Tuesday, November 11, 2008
ScienceDaily (Nov. 10, 2008) — About 10 million people in the United States alone—from troops returning from war to students with music blasting through headphones—are suffering from impairing noise-induced hearing loss.
The rising trend is something that researchers and physicians at the University of Michigan Kresge Hearing Research Institute are hoping to reverse, with a cocktail of vitamins and the mineral magnesium that has shown promise as a possible way to prevent hearing loss caused by loud noises. The nutrients were successful in laboratory tests, and now researchers are testing whether humans will benefit as well.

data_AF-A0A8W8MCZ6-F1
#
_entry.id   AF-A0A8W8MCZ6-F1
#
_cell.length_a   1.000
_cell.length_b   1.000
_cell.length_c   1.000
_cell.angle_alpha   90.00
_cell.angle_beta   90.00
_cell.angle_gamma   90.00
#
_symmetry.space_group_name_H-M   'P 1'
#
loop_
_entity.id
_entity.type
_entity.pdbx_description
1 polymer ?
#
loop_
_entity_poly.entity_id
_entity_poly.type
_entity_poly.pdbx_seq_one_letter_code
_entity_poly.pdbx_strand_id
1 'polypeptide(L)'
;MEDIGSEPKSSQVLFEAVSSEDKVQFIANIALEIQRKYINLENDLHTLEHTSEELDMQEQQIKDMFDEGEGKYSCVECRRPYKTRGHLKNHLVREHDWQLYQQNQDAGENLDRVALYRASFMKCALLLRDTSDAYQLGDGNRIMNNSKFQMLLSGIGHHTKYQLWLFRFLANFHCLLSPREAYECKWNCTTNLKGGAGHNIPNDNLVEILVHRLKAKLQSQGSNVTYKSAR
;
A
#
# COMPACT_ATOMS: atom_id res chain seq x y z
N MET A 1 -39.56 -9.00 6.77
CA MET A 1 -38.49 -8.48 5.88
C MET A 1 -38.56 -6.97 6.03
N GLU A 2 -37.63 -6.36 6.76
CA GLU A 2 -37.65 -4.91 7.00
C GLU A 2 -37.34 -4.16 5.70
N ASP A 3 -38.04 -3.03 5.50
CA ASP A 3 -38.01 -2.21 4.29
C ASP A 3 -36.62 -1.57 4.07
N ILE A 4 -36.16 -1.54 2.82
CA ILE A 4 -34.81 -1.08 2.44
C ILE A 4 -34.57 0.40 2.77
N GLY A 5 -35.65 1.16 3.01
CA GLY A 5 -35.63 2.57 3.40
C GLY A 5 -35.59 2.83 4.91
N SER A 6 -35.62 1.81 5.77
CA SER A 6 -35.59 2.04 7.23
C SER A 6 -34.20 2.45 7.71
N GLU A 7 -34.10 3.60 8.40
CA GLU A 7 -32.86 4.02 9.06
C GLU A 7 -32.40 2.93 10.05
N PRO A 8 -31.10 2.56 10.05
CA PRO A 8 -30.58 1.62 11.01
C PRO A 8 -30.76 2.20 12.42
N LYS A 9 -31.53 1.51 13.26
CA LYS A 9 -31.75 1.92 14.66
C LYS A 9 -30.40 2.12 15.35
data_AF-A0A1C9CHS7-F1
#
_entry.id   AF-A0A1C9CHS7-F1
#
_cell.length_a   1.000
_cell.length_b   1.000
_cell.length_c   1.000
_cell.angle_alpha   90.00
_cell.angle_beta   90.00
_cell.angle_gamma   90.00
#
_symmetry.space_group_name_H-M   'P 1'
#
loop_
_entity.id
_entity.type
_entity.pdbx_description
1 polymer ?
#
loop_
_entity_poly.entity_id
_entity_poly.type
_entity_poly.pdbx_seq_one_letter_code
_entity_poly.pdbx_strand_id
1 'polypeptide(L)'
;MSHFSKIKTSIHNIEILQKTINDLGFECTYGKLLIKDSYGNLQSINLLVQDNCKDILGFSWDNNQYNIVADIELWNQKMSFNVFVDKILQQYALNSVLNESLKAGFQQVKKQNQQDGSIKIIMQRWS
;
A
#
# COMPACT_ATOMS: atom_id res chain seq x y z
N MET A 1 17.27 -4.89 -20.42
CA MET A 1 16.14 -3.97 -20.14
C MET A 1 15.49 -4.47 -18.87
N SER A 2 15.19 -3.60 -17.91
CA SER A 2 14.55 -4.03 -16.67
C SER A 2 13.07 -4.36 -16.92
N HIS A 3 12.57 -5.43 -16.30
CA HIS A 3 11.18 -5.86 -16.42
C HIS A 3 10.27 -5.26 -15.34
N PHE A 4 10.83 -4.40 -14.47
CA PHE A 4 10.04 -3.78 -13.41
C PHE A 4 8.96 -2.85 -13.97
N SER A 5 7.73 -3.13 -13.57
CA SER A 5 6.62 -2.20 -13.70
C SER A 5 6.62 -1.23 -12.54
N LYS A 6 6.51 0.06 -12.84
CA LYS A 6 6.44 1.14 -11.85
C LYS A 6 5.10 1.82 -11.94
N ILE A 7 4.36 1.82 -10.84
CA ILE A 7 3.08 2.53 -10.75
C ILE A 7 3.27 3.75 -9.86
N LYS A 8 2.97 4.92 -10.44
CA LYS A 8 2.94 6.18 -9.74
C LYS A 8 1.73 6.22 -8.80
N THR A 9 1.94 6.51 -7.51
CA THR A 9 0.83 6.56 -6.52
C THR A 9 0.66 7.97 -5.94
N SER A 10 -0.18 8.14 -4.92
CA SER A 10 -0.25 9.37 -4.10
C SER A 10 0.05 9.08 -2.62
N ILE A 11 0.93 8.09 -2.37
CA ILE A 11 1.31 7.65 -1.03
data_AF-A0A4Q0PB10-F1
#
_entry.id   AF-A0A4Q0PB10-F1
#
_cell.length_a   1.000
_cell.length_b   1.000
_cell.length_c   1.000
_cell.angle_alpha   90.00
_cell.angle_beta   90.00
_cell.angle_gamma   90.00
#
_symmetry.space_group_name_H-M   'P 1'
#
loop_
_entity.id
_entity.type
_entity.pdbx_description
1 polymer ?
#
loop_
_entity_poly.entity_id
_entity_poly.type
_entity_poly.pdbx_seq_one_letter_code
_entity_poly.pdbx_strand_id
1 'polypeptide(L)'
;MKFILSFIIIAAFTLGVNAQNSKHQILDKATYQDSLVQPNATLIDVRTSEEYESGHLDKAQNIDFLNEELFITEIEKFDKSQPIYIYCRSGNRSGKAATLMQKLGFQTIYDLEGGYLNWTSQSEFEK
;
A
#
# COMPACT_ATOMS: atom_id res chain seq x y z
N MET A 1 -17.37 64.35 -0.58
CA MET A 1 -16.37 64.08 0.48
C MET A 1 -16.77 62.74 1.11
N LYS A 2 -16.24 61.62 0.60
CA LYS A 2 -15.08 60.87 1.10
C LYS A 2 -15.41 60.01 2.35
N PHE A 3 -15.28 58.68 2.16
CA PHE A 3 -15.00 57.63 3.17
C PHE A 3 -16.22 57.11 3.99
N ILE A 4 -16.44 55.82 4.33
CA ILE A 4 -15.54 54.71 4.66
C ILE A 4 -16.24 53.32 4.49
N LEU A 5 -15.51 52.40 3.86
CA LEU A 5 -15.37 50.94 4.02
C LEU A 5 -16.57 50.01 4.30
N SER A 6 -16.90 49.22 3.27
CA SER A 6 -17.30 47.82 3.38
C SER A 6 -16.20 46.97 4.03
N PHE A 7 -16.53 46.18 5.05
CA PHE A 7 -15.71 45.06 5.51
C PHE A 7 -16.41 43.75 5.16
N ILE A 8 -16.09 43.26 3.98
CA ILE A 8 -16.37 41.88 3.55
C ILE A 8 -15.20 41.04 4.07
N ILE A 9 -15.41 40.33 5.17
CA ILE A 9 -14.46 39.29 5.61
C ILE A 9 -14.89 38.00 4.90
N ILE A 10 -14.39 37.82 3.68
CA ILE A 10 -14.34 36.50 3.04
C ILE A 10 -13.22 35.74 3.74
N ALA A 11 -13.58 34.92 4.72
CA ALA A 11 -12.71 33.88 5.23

The prevention of noise induced hearing loss is key," says Glenn E. Green, M.D., assistant professor of otolaryngology at the U-M Health System and director of the U-M Children's Hearing Laboratory.
"When we can't prevent noise-induced hearing loss through screening programs and use of hearing protection, then we really need to come up with some way of protecting people who are still going to have noise exposure. My hope is that this medication will give people a richer, fuller life."
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